projacobean

Jacobean

[jak-uh-bee-uhn]
adjective
1.
of or pertaining to James I of England or to his period.
2.
noting or pertaining to the style of architecture and furnishings prevailing in England in the first half of the 17th century, continuing the Elizabethan style with a gradual introduction of Italian models in architecture and increased elaboration of forms and motifs in furnishings.
3.
of or pertaining to the style of literature and drama produced during the early 17th century.
noun
4.
a writer, statesman, or other personage of the Jacobean period.

Origin:
1750–60; < Neo-Latin Jacobae(us) of Jacobus (Latinized form of James) + -an

pro-Jacobean, adjective
quasi-Jacobean, adjective
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Based on the Random House Dictionary, © Random House, Inc. 2014.
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World English Dictionary
Jacobean (ˌdʒækəˈbɪən)
 
adj
1.  history characteristic of or relating to James I of England or to the period of his rule (1603--25)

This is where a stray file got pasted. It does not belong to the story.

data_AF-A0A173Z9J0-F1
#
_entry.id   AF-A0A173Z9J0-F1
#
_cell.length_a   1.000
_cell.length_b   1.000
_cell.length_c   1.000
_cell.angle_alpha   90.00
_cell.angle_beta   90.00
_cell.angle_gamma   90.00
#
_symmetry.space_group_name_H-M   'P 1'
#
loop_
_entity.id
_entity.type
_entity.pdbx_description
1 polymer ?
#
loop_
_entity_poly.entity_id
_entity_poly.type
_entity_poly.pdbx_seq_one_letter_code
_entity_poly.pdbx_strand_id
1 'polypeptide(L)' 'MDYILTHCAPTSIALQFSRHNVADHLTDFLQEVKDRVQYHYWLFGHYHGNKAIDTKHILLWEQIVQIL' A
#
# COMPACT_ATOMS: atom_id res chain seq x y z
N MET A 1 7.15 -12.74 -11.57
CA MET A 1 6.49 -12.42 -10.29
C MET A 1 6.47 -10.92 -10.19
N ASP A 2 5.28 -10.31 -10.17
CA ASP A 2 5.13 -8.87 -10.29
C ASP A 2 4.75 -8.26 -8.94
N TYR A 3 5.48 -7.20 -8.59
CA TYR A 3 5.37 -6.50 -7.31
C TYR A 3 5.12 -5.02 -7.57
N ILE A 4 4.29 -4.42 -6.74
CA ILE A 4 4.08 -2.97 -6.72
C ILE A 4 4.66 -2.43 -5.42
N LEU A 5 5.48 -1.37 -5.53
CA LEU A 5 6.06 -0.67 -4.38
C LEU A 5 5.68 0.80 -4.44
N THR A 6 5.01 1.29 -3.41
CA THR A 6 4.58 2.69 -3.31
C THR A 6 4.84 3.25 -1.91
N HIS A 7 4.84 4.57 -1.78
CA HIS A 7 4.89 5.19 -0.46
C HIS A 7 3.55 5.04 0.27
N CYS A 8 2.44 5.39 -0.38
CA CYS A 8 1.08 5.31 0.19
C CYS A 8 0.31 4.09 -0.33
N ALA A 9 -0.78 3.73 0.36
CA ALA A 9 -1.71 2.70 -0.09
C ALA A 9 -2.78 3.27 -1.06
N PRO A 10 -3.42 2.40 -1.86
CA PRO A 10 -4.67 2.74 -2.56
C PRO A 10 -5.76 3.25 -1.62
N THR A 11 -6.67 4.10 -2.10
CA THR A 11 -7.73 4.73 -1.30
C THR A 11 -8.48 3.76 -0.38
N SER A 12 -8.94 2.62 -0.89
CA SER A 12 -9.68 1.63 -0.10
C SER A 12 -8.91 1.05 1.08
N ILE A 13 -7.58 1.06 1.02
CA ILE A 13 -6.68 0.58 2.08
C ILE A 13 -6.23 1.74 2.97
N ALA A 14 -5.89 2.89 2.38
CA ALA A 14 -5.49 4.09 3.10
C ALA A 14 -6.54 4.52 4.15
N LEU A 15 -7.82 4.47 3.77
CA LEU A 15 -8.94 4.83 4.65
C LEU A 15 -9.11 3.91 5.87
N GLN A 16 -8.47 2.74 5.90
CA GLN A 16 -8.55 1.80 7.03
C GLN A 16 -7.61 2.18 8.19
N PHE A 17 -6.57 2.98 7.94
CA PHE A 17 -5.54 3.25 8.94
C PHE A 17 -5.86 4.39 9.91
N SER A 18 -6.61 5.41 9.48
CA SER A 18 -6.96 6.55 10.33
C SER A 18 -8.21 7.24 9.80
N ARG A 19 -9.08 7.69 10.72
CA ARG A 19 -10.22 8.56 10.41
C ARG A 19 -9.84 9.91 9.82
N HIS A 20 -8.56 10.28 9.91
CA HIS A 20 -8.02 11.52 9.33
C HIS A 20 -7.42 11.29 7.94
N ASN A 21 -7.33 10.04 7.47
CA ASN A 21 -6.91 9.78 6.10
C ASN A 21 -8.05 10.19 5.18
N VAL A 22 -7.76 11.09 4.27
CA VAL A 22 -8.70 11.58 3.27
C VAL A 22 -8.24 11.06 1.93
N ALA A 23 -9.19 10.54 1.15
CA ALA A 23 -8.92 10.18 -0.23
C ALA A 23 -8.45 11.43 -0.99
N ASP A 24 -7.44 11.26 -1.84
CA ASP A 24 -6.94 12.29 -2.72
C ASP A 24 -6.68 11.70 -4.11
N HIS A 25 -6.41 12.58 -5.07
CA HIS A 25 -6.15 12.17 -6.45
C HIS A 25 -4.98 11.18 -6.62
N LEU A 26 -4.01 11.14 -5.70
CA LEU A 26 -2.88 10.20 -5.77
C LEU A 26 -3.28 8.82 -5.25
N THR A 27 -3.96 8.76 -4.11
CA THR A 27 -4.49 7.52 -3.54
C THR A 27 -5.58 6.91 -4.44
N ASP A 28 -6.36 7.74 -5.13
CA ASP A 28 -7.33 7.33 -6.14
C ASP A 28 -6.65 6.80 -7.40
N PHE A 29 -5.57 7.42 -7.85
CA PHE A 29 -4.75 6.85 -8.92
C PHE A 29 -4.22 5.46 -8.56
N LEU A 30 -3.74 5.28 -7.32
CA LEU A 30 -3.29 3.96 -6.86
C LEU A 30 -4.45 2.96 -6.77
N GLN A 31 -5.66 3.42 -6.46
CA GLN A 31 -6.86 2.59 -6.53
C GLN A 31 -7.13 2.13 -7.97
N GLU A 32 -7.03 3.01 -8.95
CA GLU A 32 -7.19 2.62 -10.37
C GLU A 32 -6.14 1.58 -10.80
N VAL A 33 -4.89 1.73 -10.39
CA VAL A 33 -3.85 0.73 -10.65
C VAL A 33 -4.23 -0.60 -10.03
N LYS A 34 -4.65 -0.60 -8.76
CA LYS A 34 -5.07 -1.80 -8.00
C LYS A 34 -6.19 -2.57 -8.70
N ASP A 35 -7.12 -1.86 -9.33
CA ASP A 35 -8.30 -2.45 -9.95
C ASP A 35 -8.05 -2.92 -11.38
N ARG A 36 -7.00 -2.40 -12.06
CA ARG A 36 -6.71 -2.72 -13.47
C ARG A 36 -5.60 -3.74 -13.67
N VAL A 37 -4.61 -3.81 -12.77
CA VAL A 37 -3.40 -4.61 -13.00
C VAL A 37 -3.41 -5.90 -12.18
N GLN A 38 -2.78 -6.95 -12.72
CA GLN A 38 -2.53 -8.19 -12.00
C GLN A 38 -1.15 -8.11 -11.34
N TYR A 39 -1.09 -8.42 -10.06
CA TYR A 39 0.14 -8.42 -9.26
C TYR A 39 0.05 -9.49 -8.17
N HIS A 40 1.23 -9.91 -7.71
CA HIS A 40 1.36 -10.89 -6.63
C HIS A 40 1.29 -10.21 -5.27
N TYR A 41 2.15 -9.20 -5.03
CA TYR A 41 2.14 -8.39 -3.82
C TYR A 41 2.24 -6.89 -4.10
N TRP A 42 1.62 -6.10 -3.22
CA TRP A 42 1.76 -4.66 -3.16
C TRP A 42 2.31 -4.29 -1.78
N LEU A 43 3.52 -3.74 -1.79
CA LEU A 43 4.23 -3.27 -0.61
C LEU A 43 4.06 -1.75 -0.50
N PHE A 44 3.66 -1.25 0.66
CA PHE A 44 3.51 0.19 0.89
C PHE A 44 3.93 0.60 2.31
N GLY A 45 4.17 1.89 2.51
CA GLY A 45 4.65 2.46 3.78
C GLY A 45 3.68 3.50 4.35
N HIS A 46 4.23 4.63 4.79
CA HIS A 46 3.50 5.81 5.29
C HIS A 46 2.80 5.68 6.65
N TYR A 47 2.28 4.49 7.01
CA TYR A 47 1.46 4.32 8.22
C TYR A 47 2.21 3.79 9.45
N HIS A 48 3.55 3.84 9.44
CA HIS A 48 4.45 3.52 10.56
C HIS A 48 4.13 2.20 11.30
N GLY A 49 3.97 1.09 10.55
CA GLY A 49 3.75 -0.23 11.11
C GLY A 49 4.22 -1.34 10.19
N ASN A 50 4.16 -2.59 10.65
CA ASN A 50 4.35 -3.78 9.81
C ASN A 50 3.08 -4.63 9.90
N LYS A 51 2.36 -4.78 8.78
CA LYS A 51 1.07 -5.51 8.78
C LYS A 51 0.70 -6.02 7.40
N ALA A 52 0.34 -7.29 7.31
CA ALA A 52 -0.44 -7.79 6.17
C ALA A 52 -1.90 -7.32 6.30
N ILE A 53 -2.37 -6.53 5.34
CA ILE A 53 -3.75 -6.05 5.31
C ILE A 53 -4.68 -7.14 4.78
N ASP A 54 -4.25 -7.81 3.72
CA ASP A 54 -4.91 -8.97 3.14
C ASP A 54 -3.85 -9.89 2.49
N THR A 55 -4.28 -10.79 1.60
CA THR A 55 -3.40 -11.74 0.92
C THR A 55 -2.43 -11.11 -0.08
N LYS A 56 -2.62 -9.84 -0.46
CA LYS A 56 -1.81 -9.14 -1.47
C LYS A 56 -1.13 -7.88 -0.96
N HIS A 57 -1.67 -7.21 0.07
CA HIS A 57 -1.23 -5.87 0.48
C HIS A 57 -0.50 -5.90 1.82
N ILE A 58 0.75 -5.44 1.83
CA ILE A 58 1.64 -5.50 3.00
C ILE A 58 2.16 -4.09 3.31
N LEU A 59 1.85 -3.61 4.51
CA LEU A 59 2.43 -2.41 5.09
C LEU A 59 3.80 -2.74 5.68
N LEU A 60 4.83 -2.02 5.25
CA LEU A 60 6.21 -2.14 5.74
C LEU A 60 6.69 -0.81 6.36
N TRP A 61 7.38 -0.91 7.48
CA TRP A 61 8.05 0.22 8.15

2.  of or relating to the style of furniture current at this time, characterized by the use of dark brown carved oak
3.  denoting, relating to, or having the style of architecture used in England during this period, characterized by a combination of late Gothic and Palladian motifs
 
n
4.  any writer or other person who lived in the reign of James I
 
[C18: from New Latin jacōbaeus, from Jacōbus James]

Collins English Dictionary - Complete & Unabridged 10th Edition
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Etymonline
Word Origin & History

Jacobean
1770, lit. "of James" (king or apostle), especially "of the literary and architectural style of the time of James I" (1844). See James.
Online Etymology Dictionary, © 2010 Douglas Harper
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